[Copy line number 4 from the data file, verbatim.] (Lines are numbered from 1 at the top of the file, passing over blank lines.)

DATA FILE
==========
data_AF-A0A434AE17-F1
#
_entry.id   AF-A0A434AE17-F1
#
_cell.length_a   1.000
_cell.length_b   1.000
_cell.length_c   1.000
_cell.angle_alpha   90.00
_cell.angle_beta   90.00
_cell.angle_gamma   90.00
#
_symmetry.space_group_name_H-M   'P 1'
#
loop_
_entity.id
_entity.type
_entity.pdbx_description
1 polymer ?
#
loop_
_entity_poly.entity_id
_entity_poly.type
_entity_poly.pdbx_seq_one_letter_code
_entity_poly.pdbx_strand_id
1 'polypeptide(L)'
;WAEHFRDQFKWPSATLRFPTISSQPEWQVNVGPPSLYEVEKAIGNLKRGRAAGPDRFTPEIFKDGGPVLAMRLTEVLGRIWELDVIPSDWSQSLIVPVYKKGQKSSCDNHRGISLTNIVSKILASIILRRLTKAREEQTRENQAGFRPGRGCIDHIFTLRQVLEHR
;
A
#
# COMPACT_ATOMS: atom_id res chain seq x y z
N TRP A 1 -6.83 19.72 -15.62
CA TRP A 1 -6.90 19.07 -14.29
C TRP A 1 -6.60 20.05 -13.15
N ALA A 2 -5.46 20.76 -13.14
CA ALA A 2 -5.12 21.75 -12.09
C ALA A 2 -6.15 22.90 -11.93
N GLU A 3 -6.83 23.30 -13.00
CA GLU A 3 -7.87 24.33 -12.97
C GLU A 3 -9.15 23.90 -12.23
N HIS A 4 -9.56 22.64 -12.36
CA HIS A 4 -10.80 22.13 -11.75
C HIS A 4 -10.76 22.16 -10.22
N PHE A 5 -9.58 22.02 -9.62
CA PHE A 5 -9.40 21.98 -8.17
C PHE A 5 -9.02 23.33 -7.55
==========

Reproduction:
#